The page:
The resource teaches a wide variety of skills including:
This cross-curricular resource is linked to the Curriculum Learning Outcomes in an easy to use chart. Activities are clearly defined and explained for both first-time and veteran teachers. The extension activities allow students to pursue a wide-range of interests. As well, many opportunities are provided to turn awareness and understanding into action. The activities will work well as part of the entire program or on a one-off basis.
Limited attention is given to historical aspects of, and First Nations perspectives, on salmon. The resource does not emphasize some key human-related stresses on salmon populations such as development, forestry, mining, commercial and sports-fishing, fish-farming, etc. More attention could be given to implications of climate change for salmon.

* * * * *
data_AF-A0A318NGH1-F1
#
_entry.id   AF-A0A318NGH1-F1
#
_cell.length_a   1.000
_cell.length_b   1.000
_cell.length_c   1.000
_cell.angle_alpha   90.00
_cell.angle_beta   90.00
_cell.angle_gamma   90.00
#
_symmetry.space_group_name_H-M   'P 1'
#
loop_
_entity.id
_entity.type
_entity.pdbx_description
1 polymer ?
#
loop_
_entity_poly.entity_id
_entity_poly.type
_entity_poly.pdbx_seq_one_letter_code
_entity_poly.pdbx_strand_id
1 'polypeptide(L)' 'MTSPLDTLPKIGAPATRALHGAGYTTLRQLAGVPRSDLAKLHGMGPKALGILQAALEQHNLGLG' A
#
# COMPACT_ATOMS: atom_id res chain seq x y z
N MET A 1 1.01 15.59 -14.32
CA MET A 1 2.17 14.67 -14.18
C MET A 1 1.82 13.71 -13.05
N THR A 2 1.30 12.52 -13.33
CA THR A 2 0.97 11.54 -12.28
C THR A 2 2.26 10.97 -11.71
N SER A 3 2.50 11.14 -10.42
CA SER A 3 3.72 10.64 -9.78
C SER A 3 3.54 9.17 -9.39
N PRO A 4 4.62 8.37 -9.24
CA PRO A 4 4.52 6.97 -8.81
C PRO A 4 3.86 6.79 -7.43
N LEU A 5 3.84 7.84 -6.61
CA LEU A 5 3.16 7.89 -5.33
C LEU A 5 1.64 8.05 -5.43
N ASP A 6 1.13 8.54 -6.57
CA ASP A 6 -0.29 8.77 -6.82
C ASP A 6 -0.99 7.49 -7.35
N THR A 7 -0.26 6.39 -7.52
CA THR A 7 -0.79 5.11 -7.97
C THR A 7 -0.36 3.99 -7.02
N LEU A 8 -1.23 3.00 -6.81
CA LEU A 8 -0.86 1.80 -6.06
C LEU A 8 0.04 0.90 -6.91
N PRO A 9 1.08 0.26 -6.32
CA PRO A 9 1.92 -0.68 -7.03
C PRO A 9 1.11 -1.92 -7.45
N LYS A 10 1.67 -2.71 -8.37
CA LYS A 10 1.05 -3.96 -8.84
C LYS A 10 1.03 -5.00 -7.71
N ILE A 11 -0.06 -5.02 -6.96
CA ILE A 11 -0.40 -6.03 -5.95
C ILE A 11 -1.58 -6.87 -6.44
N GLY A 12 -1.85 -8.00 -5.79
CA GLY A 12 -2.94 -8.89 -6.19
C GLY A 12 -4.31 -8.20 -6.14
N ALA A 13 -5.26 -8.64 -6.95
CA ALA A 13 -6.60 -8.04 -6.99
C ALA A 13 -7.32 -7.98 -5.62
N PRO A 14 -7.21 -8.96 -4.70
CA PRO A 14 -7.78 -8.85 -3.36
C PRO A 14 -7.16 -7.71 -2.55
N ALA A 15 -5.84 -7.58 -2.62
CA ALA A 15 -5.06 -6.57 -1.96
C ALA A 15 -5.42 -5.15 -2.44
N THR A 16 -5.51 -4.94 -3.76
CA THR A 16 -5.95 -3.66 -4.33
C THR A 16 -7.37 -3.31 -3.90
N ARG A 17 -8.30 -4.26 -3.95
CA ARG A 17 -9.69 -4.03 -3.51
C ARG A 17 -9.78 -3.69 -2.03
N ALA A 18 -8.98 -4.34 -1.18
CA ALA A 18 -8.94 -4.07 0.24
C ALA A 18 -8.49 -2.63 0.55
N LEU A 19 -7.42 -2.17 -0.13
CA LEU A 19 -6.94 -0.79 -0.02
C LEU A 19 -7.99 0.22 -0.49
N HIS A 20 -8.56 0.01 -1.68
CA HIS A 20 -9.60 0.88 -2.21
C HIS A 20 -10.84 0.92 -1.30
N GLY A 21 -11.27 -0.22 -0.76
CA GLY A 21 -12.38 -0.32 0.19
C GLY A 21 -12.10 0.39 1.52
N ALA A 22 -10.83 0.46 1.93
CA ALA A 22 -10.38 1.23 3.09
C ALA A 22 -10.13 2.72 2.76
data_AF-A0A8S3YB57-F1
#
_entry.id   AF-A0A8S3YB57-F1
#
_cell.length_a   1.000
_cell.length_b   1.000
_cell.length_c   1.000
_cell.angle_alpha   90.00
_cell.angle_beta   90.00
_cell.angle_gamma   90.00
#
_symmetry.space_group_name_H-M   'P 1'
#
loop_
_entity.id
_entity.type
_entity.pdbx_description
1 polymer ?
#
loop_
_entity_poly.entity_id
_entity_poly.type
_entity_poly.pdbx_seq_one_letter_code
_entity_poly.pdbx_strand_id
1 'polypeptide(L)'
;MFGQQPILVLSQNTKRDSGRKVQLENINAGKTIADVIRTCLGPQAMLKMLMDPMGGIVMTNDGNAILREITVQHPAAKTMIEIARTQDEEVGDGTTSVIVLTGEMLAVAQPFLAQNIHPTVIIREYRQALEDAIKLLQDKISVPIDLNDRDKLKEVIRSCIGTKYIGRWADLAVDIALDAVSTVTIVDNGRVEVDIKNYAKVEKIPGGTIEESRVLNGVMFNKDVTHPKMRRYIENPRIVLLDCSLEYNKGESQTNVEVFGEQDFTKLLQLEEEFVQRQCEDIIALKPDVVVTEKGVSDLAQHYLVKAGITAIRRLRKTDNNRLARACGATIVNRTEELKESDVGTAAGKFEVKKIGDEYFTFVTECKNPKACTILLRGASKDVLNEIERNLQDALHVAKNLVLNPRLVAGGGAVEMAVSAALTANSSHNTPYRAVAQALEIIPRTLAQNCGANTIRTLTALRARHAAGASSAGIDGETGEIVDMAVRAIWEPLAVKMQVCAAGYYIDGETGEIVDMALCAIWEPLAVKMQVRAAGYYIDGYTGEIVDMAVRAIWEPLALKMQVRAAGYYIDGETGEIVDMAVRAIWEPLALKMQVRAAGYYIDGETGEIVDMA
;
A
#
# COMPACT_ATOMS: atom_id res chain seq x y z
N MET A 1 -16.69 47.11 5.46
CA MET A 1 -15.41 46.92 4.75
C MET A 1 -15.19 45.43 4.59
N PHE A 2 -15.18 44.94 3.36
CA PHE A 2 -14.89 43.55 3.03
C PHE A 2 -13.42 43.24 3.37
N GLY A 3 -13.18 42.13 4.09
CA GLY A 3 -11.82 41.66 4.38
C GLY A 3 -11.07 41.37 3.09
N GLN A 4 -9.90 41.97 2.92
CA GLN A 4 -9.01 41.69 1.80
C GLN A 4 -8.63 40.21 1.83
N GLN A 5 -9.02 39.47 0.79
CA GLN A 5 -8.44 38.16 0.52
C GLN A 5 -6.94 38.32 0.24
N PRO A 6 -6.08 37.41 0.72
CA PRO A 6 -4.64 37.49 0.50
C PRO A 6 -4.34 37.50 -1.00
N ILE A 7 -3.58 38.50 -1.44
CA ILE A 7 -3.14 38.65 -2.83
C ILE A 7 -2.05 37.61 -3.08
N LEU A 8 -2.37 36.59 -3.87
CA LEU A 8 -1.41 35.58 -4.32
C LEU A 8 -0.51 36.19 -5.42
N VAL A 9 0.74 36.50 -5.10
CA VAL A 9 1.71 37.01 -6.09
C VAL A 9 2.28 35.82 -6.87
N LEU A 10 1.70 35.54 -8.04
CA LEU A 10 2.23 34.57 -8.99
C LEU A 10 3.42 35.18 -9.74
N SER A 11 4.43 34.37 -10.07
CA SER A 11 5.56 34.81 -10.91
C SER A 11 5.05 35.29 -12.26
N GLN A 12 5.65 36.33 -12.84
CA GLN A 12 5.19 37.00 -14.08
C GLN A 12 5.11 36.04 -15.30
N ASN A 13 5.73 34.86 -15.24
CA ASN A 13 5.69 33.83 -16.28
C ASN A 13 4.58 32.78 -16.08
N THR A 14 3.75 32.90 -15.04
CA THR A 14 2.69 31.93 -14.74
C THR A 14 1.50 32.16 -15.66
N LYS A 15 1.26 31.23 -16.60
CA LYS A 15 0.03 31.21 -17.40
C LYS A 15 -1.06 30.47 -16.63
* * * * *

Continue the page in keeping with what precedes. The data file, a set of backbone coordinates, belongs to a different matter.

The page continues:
The following tool will allow you to explore the relevant curriculum matches for this resource. To start, select a province listed below.
|Consideration of Alternative Perspectives||Good||Project rationale is presented and includes the background philosophy of both the educational resource and the Department of Fisheries and Oceans.|
|Consideration of Alternative Perspectives: |
|Multiple Dimensions of Problems & Solutions||Good||Problems and solutions are explored at many levels and from a variety of perspectives. The resource also encourages students to reflect and act upon the complexity of solutions to problems.|
|Multiple Dimensions of Problems & Solutions: |
Effectively addresses the environmental, economic and social dimensions of the issue(s) being explored.
|Respects Complexity||Very Good||The resource assists learners to understand issues conceptually. The complexity of problems is respected and perspective-taking is encouraged.|
|Respects Complexity: |
The complexity of the problems/issues being discussed is respected.